Adam Mickiewicz Museum, located in the Beyoğlu district of Istanbul, stands out as the sole foreign authors’ house museum in Türkiye, honouring Poland’s National Poet Adam Mickiewicz, who once resided there. This historical house served as the poet’s residence when he arrived in Istanbul in 1855 to examine the plight of Polish refugees in the Ottoman Empire and support Türkiye during the Crimean War. In collaboration with the Polish Ministry of Culture and Art, the house was transformed into a museum in 1955, marking the 100th anniversary of the poet’s death. The museum aims to portray the poet’s life within his time's political and cultural context. Following the restoration carried out in 2014, the museum primarily contains information boards, kiosks, and installations. Visitors can tear off the poems of Adam Mickiewicz, written in Turkish, Polish, and English, from notepads shaped like calendar pages hanging on the wall in the museum and take them with them (İnan, 2018).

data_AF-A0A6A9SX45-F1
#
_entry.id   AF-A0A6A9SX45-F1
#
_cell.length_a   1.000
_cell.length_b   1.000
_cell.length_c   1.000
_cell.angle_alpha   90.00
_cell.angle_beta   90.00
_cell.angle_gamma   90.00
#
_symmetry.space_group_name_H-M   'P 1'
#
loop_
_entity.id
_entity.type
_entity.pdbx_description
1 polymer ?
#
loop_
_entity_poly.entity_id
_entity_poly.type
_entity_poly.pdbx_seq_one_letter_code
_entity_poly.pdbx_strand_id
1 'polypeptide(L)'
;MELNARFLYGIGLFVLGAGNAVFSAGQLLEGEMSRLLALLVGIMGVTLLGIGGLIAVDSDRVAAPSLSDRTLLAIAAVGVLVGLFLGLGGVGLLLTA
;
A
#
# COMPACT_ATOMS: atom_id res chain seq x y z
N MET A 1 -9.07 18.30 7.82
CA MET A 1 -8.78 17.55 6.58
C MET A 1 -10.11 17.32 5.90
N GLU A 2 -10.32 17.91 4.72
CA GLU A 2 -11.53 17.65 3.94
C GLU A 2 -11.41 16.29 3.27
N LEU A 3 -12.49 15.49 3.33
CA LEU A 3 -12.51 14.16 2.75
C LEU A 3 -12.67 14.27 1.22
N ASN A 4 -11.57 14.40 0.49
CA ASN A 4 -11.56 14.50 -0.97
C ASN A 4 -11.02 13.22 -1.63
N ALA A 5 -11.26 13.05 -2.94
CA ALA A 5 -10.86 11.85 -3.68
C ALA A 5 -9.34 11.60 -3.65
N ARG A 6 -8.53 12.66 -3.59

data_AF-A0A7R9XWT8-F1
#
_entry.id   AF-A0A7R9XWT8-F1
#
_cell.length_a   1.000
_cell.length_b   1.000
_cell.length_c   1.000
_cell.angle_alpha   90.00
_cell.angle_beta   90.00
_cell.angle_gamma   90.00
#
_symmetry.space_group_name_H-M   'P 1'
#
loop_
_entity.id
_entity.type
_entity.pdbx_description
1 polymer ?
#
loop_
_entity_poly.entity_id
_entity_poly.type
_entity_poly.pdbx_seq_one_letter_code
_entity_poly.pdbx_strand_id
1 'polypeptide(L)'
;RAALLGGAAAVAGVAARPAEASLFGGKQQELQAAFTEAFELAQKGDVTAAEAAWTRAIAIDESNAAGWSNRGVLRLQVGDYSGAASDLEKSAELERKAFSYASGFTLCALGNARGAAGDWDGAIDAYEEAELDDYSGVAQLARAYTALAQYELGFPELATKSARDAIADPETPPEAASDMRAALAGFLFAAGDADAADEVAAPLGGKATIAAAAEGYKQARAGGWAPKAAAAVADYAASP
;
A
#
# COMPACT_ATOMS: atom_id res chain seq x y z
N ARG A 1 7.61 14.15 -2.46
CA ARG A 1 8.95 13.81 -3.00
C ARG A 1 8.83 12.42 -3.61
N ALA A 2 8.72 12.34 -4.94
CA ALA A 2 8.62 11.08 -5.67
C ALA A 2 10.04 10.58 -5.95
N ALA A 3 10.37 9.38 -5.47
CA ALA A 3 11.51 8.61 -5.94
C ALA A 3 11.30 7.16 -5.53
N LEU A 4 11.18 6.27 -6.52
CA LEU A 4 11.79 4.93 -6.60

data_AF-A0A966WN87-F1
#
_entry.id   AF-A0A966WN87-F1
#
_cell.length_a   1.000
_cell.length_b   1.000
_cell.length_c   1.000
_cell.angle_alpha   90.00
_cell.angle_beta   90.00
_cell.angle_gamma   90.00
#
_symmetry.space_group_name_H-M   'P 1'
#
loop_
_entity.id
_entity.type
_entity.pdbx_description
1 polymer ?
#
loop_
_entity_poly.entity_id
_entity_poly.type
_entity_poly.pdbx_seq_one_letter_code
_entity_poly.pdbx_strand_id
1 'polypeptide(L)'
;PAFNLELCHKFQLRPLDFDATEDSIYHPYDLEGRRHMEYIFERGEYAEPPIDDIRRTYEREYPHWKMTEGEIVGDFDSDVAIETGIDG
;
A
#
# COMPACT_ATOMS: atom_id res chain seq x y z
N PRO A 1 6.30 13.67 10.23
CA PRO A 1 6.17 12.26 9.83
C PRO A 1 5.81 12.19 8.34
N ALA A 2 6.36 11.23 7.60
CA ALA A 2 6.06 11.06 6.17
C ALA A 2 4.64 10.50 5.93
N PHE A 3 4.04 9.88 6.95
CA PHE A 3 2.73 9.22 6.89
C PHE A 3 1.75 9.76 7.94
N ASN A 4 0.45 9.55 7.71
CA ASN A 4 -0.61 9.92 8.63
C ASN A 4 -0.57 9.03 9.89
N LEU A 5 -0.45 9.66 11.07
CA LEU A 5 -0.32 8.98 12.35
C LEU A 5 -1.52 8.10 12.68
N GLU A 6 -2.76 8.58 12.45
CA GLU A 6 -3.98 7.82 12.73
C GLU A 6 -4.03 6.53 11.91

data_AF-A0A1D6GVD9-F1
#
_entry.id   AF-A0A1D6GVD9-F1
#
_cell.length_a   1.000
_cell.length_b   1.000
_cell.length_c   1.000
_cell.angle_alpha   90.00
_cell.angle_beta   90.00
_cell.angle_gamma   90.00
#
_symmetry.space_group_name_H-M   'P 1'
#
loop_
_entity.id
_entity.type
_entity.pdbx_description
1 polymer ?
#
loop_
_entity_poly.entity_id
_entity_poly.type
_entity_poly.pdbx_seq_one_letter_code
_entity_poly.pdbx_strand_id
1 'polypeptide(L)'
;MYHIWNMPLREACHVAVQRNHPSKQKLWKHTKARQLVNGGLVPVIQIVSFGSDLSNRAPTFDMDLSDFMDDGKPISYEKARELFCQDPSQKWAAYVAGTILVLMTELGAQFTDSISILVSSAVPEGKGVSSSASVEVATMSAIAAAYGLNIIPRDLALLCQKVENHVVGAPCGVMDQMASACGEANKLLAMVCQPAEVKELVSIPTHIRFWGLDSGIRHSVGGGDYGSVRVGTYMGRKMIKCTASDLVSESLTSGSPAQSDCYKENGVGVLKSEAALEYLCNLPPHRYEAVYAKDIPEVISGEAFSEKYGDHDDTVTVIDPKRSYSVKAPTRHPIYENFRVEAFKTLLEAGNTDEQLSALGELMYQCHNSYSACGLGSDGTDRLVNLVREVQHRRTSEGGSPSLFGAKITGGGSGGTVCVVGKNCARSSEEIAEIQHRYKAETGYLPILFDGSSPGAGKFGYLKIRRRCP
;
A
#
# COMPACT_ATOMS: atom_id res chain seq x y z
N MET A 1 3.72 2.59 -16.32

Sait Faik Abasıyanık Museum, situated in Burgazada, Istanbul, has been a literary museum since 1959. Sait Faik Abasıyanık (1906-1954), a prominent figure in Turkish literature known for his mastery of short stories, resided in this house starting from 1938, where he penned numerous of his renowned works. With a specific emphasis on the author, the museum took a selective approach during the design phase, excluding various objects from the exhibition and opting to showcase exclusively original belongings and documents associated with Sait Faik. The museum benefits from a strong authenticity advantage as it serves as the author’s residence and displays items that belong to the author. In the design of the two rooms on the top floor, the aim was to establish an emotional connection between visitors and the author. One of these rooms is themed as “Sait Faik's Burgazada”, showcasing excerpts from the author’s stories about the island, his original fishing equipment, and his famous hat. The other room is designed with the concept of the “Letter Room”, where visitors also have the opportunity to write a letter to Sait Faik (Çevik, 2018). Because of the author’s strong association with Burgazada, the museum is a highly desired attraction for every visitor to the island. Furthermore, it stands out as one of the most frequently visited literary museums in Türkiye due to the widespread recognition of Sait Faik Abasıyanık.